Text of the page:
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A GLASS HOUSE AMONG THE TREES IN SYDENHAM

Nature meets contemporary design at Ken Martin’s stunning home, the Tree House in Sydenham. Isobel Diamond takes a look around this unique residential property and asks the owner why he’s selling up…

Nothing can quite prepare you for The Tree House. Hidden among a huddle of historic properties, the cube-shaped building, clad in black glass, has the dark and imposing glamour of a Hollywood hotel. Owner, Ken Martin, agrees that his home is a rare and rather special addition to its traditional setting within the Sydenham Park Conservation Area.

The expansive series of windows are impressive both inside and out. ‘We wanted to feel like we were living in the garden.’ Floor-to-ceiling panes of glass, nearly three metres high, flood the downstairs living area in light and there are serene garden views at every angle. ‘We bought the property next door specifically to build this house,’ he explains. The plot was large enough for two homes and The Tree House was given an enviable position right next to an area of protected woodland.

Internally, it has all the characteristics of a successful contemporary build: expansive open-plan living spaces, engineered oak flooring and crisp white walls, except for the downstairs bathroom, painted a cheery shade of powdery pink. ‘That’s because it is the powder room,’ laughs Ken.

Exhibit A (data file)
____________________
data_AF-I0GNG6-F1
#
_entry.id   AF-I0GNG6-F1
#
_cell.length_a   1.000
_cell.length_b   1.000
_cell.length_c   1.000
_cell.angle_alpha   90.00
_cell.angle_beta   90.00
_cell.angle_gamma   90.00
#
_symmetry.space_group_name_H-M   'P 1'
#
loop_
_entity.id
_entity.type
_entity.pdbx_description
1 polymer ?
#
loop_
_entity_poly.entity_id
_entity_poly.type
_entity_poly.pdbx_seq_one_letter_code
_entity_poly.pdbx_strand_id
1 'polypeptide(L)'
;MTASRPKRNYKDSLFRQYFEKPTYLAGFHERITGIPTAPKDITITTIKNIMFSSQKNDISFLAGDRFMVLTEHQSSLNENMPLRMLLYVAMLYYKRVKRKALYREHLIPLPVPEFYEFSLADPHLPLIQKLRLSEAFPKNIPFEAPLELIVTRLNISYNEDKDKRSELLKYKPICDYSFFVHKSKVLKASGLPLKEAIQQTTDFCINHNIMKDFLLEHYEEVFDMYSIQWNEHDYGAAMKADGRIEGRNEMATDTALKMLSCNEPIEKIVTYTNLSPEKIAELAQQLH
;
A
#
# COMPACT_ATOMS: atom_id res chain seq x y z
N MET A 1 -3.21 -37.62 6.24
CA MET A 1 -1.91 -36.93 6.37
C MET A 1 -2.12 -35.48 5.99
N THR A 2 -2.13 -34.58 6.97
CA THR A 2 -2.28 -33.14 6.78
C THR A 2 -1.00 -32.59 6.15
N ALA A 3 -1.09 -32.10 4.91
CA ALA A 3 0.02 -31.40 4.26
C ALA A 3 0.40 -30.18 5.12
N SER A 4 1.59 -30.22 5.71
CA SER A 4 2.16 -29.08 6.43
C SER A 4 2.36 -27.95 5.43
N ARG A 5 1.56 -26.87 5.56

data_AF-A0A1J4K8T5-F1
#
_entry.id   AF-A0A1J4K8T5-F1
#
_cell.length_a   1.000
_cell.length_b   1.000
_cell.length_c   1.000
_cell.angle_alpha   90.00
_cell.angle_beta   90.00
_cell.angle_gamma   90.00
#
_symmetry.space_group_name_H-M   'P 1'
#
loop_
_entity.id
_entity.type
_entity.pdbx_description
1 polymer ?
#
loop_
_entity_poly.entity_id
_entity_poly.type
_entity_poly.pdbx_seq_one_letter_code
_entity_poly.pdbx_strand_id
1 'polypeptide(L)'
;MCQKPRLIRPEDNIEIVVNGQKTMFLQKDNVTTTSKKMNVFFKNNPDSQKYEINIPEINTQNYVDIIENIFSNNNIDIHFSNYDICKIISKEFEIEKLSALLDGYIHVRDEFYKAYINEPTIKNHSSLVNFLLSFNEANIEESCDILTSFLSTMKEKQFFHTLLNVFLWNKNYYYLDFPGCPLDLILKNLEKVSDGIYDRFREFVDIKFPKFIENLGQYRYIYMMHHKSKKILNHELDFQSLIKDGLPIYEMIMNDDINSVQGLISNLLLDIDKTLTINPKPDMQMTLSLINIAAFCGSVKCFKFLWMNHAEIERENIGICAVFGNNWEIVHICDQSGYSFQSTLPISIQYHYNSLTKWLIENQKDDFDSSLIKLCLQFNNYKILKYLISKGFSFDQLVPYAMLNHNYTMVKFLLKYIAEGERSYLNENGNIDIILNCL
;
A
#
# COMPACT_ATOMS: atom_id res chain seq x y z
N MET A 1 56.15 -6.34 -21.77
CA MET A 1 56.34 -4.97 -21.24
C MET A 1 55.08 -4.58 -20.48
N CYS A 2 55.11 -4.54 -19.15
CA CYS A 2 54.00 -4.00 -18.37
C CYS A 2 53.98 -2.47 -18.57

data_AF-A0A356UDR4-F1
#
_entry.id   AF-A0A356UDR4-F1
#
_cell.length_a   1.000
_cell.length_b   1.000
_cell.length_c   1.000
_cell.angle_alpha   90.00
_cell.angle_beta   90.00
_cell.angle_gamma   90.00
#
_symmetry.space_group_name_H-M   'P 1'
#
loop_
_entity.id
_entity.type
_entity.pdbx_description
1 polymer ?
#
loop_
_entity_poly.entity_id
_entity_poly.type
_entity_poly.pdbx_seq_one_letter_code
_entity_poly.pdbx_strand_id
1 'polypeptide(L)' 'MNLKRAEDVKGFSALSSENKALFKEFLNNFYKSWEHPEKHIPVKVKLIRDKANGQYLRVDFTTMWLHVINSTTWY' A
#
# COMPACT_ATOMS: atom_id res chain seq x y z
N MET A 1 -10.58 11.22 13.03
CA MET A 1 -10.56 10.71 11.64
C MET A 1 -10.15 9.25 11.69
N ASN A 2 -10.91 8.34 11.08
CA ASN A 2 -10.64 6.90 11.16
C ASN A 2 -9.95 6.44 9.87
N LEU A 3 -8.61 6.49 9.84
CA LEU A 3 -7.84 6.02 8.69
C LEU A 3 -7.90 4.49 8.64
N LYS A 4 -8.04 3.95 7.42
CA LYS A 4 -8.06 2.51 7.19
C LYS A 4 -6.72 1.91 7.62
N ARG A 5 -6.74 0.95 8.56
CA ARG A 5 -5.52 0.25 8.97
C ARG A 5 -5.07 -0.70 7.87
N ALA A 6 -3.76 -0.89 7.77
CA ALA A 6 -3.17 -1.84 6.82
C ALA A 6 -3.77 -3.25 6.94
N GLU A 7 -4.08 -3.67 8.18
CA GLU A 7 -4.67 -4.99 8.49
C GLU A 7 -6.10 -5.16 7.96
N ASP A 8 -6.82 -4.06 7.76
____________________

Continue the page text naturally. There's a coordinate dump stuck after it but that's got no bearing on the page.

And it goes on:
The ‘big reveal moment’ happens as you ascend the show-stopping staircase, where banisters were jettisoned in favour of a glass partition. The clerestory windows upstairs reveal empty sky, rooftops, and a luxuriant cluster of branches: ‘That’s why it’s called The Tree House, because it’s like living among the trees.’

Ken enlisted sculptor and architect Ian McChesney to design his two-storey home. ‘It was a challenge because it is a Conservation Area.’ In collaboration with the planning office at Lewisham Council, they conceived the black glass cladding, which would reflect the surrounding trees. And the final design, with its modernist influences, was agreed upon.

With a plan in place, it was then left to Ken, a retired lawyer, to manage the build and the interior fit out. He became the ‘ringmaster’ in the project. He managed a series of teams and made all the materials decisions, including the internal fixtures and fittings (‘I sourced everything from specialists’). He even designed the kitchen: ‘It’s not difficult, it’s all just straight lines, isn’t it?’ he says, modestly.

The contemporary layout could feel clinical and sparse, but Ken’s decor decisions add warmth – he’s furnished it with an eclectic assortment of vintage pieces ‘collected over the years’, from Scandinavian design classics to reclaimed antiques. There is no precise colour scheme, but bold shades make a striking contrast against natural wood finishes. The walls are decorated with artworks and treasured photographs.